Art by Dylan Wayne. Chalk on blackboard. Photo by Gary Smith.
... intense experience and suffering instruct us in ways that less intense emotions can never do. - Kay Redfield Jamison
I believe that fear, for example can save your life if you are in true danger, motivate you to react quickly and effectively to real danger, and so, it is as high or valid an emotion as can be! No other emotion can possibly be higher when confronting real danger. Feeling humility, when confronted with real danger, is going to get you dead, so what is the high value of humility then. - participant in Emotional Mastery forum on Tiny Buddha site
A long-held and common view says that all emotions are valid and as Kay said, "... intense experience and suffering instruct us ..."
I agree with my mother, who used to say, "Emotions are neither good or bad, they are just emotions." Of course, I would not suggest that guilt and shame are healthy responses to so-called dark emotions. Good, bad; positive, negative; higher, lower — none are the most useful labels. Emotions are just emotions.
When it comes to emotions I choose, fear is not among them at any time or in any situation. A key characteristic of emotional mastery/maturity is being able to choose my emotions. We are far away from this, I know. Correction: Emotional mastery and the capacity of humans to skillfully and wisely choose our emotions already exists. It only appears to be far removed, because the mind fabricates that story and conditioning and society reinforce it.
I am writing ahead to what is possible, to actualizing the fullest potential of the original design. I am challenging the old, stuck, commonly accepted ways of seeing which have held humanity back from its potential and kept it in a cycle of intense suffering over ages.
What else than fear would save me when confronting real danger? How about heightened awareness, alertness, confidence, courage? Do those not sound more self-empowered than fear? Would they not actually be more useful?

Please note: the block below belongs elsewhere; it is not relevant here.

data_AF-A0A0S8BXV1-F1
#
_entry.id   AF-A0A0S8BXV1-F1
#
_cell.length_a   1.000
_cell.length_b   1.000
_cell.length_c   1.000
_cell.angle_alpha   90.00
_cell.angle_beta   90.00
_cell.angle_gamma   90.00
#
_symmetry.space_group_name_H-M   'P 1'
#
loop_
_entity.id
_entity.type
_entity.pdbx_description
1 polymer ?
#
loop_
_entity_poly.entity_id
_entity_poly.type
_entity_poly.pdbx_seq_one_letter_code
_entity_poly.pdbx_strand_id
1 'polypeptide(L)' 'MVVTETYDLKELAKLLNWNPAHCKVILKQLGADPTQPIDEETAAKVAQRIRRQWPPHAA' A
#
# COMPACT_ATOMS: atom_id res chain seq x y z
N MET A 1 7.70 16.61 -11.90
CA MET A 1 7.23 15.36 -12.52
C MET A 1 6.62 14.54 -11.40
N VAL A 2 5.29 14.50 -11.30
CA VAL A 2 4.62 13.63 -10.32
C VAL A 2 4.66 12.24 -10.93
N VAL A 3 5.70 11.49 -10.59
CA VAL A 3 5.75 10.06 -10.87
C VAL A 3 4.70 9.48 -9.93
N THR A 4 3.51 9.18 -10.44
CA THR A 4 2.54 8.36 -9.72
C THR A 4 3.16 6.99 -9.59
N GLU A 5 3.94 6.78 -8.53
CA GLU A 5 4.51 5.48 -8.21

Fear is the great tool of religion and other authoritative institutions to keep people small so they can be controlled. It keeps the masses dependent upon the pharmaceutical industry, on the healthcare system, on consumerism, on employment and the media by creating a false sense of security. It gives power to the controllers. Take the chemical medicine or you will die. Listen to your doctor or you will suffer. Submit to the educational system or you will fall behind. Buy more or you won't be successful. Stay in the job you hate or you will be destitute. Read the news so you will be informed and safe (and in more fear.) Repent, believe (and tithe) or you will burn in hell for eternity. Now, when social systems are collapsing and chaos is imminent, there is a window of opportunity for those who take the challenge to arise with something wholly new.
I see each human as an autonomous, self-contained, individuated expression of the one being of universal consciousness and each person as their own leader.
After writing the above, I felt a flickering of self-doubt. Can any of what I say about this be substantiated, or is it just a stubborn opinion? Searching brought up mostly the old, traditional thinking. I found support for a core piece of 'my theory' on the Psychology Today site. The quote marks around 'my theory' mean it is neither mine nor a theory. Neither is it a message. It is a universal truth ready to be proclaimed.